Common Causes of Food Poisoning, Part II
In the previous blog post, we discussed some of the most common causes of food poisoning – the organisms, bacteria responsible for the feared effects. However, it is also important to recognize that consumption of tainted food can be prevented.
This wonderful possibility has certainly been made easier for us in the recent decades, but still people fail to make proper use of it. Leaving meats on a countertop to thaw, keeping foods in a portable cooler for too long, or allowing groceries to sit in a warm car for an extended period of time are just a few of the risks commonly taken. Keep food cold to prevent contamination.
How often do you open a meat package, remove a portion and then return the rest to the fridge? In doing so, you could allow drippings to contaminate other foods in the fridge. Be sure that food is safely handled and repackaged before storing. Always use different knives and (non-porous) cutting boards for meat than what you use for vegetables.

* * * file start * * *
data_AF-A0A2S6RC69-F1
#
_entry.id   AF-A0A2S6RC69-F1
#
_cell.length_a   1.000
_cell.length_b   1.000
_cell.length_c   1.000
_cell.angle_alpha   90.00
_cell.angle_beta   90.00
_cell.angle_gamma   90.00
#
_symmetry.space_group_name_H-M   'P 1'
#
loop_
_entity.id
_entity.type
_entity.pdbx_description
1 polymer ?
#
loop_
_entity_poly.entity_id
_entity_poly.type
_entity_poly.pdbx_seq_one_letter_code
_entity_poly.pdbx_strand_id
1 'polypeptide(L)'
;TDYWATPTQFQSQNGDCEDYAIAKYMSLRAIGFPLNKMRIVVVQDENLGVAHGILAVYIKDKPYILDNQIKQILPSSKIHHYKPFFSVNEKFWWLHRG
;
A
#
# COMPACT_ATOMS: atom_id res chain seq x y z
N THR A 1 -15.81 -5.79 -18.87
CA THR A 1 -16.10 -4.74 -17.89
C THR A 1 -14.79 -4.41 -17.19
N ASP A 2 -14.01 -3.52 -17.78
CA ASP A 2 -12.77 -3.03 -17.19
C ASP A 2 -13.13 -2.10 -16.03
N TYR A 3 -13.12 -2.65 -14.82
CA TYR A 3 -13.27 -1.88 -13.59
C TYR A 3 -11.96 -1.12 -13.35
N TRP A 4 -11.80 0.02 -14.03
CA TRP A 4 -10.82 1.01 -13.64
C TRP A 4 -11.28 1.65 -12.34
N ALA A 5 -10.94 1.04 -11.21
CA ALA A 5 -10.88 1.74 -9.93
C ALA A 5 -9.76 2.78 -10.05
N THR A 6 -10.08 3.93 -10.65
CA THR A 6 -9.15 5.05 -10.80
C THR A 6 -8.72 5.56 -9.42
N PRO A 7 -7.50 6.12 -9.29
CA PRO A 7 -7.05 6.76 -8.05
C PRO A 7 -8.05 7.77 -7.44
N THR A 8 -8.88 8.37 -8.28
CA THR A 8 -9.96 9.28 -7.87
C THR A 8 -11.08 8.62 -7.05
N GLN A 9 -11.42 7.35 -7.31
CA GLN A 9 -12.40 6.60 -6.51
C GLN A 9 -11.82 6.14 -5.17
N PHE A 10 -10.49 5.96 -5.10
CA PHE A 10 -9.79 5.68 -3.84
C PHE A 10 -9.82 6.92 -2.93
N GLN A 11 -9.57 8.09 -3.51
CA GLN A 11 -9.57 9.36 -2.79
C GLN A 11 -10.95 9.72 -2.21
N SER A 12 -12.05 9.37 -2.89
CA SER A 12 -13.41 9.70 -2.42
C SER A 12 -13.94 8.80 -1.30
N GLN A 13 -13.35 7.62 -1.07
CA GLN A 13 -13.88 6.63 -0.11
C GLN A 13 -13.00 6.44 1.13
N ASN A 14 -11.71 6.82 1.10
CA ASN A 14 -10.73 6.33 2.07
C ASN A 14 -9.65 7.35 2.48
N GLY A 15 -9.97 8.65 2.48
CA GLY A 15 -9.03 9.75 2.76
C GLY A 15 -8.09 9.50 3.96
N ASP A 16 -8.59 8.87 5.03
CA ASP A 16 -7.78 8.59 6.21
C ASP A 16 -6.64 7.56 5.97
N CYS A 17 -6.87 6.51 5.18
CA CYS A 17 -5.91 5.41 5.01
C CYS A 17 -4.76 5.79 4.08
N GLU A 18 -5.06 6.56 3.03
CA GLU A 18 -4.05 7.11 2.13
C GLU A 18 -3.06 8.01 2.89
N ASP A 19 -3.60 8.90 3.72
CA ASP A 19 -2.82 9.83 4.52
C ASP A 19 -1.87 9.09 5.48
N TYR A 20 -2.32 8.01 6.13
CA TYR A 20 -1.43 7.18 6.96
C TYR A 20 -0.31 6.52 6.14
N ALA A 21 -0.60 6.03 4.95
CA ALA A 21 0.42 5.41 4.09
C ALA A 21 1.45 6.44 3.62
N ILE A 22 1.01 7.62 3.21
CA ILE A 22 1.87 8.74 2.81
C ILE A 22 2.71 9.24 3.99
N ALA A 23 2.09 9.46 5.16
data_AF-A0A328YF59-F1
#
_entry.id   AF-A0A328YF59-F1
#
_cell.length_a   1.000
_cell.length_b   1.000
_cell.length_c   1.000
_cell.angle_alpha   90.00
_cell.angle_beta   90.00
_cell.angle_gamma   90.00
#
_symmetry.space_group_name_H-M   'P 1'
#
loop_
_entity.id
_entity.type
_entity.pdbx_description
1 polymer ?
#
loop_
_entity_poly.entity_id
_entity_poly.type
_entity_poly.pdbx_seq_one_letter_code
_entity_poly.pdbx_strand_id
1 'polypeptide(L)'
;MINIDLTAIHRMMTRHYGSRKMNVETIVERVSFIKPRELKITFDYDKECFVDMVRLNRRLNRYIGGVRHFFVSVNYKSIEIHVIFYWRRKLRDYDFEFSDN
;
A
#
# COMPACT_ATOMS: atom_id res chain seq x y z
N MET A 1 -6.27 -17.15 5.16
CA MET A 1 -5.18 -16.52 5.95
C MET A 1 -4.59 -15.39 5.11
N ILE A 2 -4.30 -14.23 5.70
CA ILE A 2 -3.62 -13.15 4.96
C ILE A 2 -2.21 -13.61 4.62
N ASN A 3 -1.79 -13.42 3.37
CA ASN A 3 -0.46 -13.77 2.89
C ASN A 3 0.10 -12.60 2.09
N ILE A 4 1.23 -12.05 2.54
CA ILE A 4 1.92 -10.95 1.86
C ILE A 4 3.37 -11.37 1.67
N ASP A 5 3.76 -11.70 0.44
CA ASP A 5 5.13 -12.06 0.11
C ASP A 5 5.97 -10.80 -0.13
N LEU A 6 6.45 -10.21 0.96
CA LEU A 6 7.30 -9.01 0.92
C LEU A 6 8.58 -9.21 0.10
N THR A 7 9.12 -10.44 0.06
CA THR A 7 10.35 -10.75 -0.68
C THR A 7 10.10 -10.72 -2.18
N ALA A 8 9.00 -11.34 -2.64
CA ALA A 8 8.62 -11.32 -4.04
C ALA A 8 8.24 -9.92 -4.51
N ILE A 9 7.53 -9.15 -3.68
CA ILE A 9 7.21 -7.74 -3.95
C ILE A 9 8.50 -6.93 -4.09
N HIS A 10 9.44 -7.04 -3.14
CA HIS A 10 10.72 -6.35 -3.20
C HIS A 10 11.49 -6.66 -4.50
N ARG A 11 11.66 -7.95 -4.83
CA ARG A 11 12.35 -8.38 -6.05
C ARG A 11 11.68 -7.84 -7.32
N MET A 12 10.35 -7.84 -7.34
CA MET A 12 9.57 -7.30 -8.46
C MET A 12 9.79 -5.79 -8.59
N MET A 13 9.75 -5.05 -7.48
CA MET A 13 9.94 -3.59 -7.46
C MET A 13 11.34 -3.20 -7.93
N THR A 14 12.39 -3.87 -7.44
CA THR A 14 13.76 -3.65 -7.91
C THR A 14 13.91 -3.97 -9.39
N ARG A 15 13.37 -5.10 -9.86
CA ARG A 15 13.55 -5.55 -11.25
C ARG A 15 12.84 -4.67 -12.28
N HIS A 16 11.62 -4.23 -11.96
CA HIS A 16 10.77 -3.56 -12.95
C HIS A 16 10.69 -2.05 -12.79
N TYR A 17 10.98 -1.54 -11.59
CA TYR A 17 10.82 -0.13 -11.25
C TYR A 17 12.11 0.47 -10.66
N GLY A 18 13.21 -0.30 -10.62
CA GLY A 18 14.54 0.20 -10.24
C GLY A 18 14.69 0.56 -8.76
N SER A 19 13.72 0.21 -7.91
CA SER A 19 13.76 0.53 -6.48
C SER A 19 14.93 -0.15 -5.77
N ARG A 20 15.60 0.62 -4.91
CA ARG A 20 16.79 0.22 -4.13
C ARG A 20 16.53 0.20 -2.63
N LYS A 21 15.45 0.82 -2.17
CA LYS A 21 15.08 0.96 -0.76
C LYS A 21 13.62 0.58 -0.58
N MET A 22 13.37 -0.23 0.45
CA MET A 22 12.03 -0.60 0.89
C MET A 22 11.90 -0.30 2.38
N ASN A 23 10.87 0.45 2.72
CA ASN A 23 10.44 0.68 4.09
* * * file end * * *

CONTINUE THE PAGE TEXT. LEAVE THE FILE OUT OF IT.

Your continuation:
This is essential for some foods. Meat products should never be consumed raw. Cooking can kill off parasites, bacteria, and organisms that could otherwise cause serious food poisoning. Never taste test until meat has been cooked through and ensure that it is done with a meat thermometer. Poultry should also reach an internal temperature of at least 165 degrees.
Regularly review the recall list to ensure that food products in your home are not on it. Unfortunately, growers, manufacturers, shipping companies, and retailers do make mistakes, which can result in consumers purchasing contaminated food.
If you are subjected to food poisoning at a restaurant, or as a result of a company’s negligence in making, shipping, or selling that food, consult a personal injury attorney. Medical expenses, lost wages, and other related expenses may be considered damages to be repaid by the negligent party.